Making the Most of Your Therapy
Working with a therapist can promote growth and healing, as well as decrease symptoms such as anxiety and depression.
Therapy is also an investment. People spend money, time and energy hoping to make themselves and their relationships healthier and happier.
Each person comes in to therapy with different hopes and expectations, as well as different problems and concerns. Just as every person and therapist is unique, every therapy experience is one of a kind.
Although there is no way to guarantee the exact road that your therapy will take, there are some things that you can do to make the most of your therapy.
- Keep communication with your therapist open. If things seem to be going too fast or slow, tell them. If you feel overwhelmed, mention it. Your therapist will not know what is going on unless you speak up about it.
- Work on your problems outside of the therapy hour. This might mean completing homework if your therapist assigns it, or practicing new behaviors. You may be asked to pay attention to your thoughts, dreams and feelings. Therapy is only one small portion of your time; many changes happen in the other hours.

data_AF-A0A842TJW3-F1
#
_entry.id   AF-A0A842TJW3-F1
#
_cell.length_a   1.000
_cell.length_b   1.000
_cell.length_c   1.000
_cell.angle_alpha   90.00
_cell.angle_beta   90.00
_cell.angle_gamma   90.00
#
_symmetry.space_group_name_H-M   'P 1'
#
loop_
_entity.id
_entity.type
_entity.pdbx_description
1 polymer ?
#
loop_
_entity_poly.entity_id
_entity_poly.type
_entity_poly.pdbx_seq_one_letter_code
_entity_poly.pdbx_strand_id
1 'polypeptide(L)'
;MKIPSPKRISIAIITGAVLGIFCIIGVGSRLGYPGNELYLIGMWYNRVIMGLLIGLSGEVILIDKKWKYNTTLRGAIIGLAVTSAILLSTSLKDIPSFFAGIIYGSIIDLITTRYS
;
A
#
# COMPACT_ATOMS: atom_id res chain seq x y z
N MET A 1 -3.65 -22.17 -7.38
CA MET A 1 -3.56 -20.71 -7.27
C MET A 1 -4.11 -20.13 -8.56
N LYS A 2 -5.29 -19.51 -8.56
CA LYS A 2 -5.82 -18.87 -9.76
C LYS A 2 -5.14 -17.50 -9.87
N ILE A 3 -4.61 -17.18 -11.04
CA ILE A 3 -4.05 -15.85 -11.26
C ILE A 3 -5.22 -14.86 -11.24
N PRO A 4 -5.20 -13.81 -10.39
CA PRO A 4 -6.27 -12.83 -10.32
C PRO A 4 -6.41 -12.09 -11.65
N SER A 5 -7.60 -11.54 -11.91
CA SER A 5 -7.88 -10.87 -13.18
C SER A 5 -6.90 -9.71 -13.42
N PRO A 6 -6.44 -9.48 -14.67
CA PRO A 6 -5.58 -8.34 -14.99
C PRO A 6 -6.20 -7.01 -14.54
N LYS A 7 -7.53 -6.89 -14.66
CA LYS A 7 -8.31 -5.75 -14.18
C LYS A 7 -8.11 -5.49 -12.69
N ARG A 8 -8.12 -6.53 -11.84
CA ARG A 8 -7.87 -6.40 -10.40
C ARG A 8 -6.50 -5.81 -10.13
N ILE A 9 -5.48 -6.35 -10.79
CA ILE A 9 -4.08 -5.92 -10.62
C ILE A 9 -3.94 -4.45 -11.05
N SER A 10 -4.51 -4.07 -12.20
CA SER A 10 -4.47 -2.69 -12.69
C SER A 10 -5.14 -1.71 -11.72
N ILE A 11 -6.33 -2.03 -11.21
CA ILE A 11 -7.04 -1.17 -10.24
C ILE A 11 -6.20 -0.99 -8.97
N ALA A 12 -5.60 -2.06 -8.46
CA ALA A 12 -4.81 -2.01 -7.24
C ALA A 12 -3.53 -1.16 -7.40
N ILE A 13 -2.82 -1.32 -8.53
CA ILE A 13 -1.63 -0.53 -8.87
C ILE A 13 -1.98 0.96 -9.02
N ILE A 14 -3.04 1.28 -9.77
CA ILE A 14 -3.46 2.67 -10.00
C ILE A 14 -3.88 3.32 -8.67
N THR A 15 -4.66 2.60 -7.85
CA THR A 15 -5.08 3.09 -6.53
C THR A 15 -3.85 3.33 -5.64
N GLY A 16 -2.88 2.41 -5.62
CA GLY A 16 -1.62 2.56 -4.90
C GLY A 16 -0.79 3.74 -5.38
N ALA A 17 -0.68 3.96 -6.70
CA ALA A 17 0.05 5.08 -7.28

- Reach out when things get worse. Tell your therapist if you begin to feel more depressed, anxious, or suicidal. There are things that can be done to help you and keep you safe.
- Be honest. Your therapist is not there to judge or critique you. Don’t give the answer you think is correct, or that you believe your therapist wants to hear. State the truth. There is nothing that can’t be discussed in therapy.
- Use words rather than actions in session. If you feel like running out of the room, say it rather than getting up and doing it. If you’re so angry that you want to scream at your therapist, using words instead of actions allows you and your therapist to better understand what is going on. When you act out, the therapy session becomes focused on the behavior, rather than on the emotions behind it.
- If you decide you want to quit, tell your therapist. A skilled therapist will not get mad and convince you to stay in therapy. They will help identify what is going on, and what the various options are. Simply cancelling an appointment and not returning phone calls or letters can be quite concerning for a therapist.
Therapy can be extremely beneficial. Do what you can and to make the most of it.
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Harmon, J. (2012). Making the Most of Your Therapy. Psych Central. Retrieved on July 3, 2015, from http://blogs.psychcentral.com/your-life/2012/09/making-the-most-of-your-therapy/